WebQuests in Social Studies Education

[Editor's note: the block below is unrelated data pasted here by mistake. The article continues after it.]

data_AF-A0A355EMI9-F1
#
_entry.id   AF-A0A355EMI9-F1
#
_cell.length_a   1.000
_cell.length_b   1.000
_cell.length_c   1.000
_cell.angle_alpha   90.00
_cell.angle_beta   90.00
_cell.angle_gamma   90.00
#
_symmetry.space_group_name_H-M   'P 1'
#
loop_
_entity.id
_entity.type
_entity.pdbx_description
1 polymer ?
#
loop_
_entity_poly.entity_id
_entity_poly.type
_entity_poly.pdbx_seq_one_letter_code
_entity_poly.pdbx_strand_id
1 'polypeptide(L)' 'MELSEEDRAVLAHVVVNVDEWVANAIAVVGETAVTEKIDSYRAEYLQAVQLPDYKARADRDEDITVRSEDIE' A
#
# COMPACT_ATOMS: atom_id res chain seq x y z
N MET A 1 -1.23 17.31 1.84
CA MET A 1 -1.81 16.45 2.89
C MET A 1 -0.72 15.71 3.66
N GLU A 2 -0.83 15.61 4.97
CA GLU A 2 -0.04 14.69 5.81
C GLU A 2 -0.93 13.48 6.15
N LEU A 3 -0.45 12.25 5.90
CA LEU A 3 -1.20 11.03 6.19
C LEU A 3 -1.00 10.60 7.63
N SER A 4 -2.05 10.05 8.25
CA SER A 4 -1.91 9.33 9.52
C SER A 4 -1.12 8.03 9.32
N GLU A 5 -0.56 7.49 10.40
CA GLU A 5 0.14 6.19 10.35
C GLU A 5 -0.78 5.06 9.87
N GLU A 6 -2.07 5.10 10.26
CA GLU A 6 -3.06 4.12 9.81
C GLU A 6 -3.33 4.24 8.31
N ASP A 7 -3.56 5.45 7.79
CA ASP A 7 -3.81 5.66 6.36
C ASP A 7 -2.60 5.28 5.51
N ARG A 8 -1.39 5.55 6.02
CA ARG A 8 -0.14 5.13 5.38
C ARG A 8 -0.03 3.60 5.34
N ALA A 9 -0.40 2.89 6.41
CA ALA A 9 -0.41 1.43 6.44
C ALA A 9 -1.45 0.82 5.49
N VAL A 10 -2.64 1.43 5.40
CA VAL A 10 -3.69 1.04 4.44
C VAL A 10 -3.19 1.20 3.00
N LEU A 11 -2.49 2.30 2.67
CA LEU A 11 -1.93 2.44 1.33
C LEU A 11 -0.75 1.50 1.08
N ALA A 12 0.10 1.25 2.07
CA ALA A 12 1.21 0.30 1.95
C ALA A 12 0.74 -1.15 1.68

WebQuests provide the opportunity to combine technology with educational concepts and to incorporate inquiry-based learning. WebQuests also have the ability to integrate on-line resources with student-centered, activity-based learning. Three courses in the College of Education at The University of Alabama and at West Virginia University incorporate WebQuests projects, both at the undergraduate and graduate levels. Students develop an online WebQuest and submit a paper copy and/or a URL to their instructor upon completion of the course. During an academic year, three professors in social studies graduate education received over 50 submissions of WebQuests projects from pre-service and in-service teachers enrolled in three courses. The grading rubric was developed by Bernie Dodge, the creator of WebQuests, but modified at The University of Alabama yielding a high rate of reliability (93.3%). This project assessed scores of WebQuests using this grading rubric in three separate classrooms. Comparisons between elementary and secondary level students, Filamentality users, and certified and non-certified teachers were analyzed for significance. The students had already received a grade for their projects through the academic class, but a separate grading system was developed to evaluate these projects and to provide insight into future research using WebQuests.